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Snowshoe Rabbit Redo


Mark Strom

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I finished the original in 2010 and personally was very happy with the way it came out and it was well received here on the forum.

 

Of course it went out to the galleries and for some reason was not well received by the galleries. One gallery had it on displasy for less than a month before they requested I pick it up. Well to make a long story short, I decided to rework it with the new technique of finishing with the artist oils and glazes. My thought was it would either be a grand failure or it would be something very new and unique.

 

Here is the before and after. What is your opinion on the change...disaster or sucess?

 

Mark Strom

www.stromcarver.com

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post-727-0-32451500-1355113597.jpg

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Hi Mark,

 

As far as I am concern, I would say that before and after are successes.

As for galleries opinion...well....it reminds me of one documentary I watch last year "Exit through the gift shop", it is about street art and made by Banksy. I don't know if you've heard about him but, to cut a long story short, this documentary is worth watching, it's been said that it was a mockumentary, whether or not it is true, I do find that it is a good reflexion on art and what is seen as art.

In the end Warhol, Pollock and plenty of other were the highligth of galleries at some point.....;)

 

Christophe

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Hi Mark,

 

Christophe said it well, both presentations are successes. It will be interesting to learn about the change and how the gallery or viewers see or perceive the piece.

 

I fear that the gallery's clientele are of a sort that needs completed definition, sort of like looking at a cartoon and needing it to be colored in instead of left as a black and white drawing to make it whole.

 

For me, the nuances of light and shadow on the naturally colored wood pulls me in to see more and leaves room for my imagination to play with it. Much like walking and appreciating the changing shadows as the sun continues to move towards the end of the day. Moods are set and changed by the angle of light, and with the first version of your piece, so too would change with the light and shadow available to it.

 

The colored version takes away the guess work, or the room for suggestive interpretation. Some people need that, some don't, um, that is, some viewers will need the color to "see" the story, and won't see that the color might limit that story.

 

I do appreciate the opportunity to see both versions. They are both successful, each in their own way. Both work, for various different reasons. Thank you for presenting them both to us to view.

 

Janel

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i do like some strong definition there was plenty in the background and in the foreground there isent much shading or detail i think at minimum you could do a little shading. but you should decide if the art work is for others or yourself make your artwork for yourself or build it to sell. i would like to also see what the galleries opinions area after the changes. one thing of critique is that there is no shadows so a little blue and purple on the foreground to creat shadows from the rabit and the branches would make them stand out farther and look more three domensional. the tree has tons of detail but there is no deffinition on the rabit or the ground.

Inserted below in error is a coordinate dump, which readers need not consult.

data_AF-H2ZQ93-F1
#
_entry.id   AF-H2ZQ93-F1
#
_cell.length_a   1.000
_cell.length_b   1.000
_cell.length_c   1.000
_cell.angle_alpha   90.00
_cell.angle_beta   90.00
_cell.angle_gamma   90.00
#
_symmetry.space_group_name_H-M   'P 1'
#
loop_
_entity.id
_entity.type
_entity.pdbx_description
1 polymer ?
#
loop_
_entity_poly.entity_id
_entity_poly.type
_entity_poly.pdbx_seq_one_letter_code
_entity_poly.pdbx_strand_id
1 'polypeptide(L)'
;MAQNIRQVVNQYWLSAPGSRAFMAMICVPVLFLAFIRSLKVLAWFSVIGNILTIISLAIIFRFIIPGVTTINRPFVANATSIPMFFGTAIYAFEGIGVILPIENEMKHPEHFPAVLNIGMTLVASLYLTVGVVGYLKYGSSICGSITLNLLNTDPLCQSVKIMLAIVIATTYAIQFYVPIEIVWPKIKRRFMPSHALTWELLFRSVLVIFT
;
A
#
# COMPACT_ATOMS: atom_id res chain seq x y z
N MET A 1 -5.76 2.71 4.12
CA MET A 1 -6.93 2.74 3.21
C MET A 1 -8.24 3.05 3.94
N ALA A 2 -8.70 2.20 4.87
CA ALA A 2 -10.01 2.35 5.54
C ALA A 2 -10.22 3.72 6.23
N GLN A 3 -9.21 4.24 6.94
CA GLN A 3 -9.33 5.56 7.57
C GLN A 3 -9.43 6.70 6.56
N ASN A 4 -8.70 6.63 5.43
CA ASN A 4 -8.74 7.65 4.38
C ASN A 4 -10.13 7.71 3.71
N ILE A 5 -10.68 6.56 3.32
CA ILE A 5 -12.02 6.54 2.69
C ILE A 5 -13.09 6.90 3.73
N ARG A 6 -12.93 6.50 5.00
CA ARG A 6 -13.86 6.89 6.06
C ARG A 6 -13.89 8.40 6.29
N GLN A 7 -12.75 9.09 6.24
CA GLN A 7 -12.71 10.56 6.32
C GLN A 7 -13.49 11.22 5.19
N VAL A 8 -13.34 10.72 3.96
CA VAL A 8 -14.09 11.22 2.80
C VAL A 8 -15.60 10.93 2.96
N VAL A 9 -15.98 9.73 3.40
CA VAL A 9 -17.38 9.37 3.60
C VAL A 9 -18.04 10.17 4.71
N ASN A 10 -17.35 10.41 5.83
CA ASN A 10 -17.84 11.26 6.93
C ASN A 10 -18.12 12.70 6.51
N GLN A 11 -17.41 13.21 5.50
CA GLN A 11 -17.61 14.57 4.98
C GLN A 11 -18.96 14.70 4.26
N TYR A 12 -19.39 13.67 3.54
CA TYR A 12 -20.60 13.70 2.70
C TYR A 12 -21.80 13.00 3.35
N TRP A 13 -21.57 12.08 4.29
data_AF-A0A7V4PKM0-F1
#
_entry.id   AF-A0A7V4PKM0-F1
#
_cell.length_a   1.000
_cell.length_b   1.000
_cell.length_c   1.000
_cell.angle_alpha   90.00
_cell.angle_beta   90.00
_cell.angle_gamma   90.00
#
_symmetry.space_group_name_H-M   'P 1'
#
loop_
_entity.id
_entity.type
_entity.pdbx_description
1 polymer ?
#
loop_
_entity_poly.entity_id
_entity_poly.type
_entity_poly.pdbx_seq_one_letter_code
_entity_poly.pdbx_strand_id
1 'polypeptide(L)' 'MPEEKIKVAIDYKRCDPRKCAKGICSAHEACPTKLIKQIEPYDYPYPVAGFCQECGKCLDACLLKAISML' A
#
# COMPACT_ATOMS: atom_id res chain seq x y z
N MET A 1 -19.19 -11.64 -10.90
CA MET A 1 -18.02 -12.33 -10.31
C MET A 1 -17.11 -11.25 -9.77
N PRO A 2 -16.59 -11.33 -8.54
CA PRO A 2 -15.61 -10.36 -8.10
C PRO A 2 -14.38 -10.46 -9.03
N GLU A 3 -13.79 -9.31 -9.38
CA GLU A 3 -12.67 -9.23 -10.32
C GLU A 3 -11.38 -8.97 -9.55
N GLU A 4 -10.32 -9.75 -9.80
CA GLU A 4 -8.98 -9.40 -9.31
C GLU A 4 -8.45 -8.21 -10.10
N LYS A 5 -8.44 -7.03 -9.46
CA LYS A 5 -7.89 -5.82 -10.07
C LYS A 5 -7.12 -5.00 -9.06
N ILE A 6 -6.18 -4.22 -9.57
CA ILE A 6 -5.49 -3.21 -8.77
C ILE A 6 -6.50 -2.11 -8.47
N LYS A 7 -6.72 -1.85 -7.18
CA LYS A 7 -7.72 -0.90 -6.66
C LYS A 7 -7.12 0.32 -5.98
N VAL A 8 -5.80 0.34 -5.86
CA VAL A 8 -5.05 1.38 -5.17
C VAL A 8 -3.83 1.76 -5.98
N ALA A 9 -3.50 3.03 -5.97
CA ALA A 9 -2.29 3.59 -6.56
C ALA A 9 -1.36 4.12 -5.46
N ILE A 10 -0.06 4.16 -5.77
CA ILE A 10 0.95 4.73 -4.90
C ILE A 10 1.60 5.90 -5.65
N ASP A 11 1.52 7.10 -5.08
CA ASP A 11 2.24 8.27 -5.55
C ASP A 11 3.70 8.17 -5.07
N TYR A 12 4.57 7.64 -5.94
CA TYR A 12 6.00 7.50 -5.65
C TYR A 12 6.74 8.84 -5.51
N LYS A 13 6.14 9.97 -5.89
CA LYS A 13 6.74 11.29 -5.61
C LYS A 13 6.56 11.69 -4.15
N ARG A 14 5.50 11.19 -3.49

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I agree with the observations listed. The painting did take some of the mystery out of it. The paint added about as much as it took away. As for the painting...it is a learning curve for me and the one thing I try to be concious of is to not get to "painterly" and do to much. In my defesnse there are some subtlies in the snow that do not show up in the photograph not only due to the size of the file but due to my lack of photographic skills.

 

I am enjoying the new freedom from previous conventions of mine. These days all my focus is on doing what I want and to push my personal envelope. There are some who aren't to happy with the new directions, not because of the quailty of the work but due to their own opinions concerning simplicity and coloring. Such is life! Learning to use the camera and lighting is a real challenge but fun in its own right. I think after all the years I have put in it is about time to really work on what I want for my own reasons, being a rsponsible adult is overated.

 

Mark

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  • 2 weeks later...

Mark ...

 

I like the original, as well. I"ve had a similar 'quandry', myself .. with wood burning. I have tried coloring some woodburns I've done. Some come out well, some, a bit 'over done'. It's easy to get carried away with the coloring. Maybe I missed it somewhere along the line ... what is the medium? Is this a wood carving? If it's wood, a couple things might be interesting to try, but I wouldn't want to do either to such a nice original!

 

ONe would be to 'color' with wood-burning. This can be over done, as in painting .. or just every so lightly, to enhance the shadows, crevices, etc. It might give the work even more depth.

 

Another would be to color, but try other kinds. i.e. pastels, oil pencils, etc. I've gotten some nice results with just ever-so-slightly coloring with oil pencils. My problem has been where to STOP with the coloring!

 

I think this is pretty subjective. I think the original is beautiful work without adding anything.

 

Dennis

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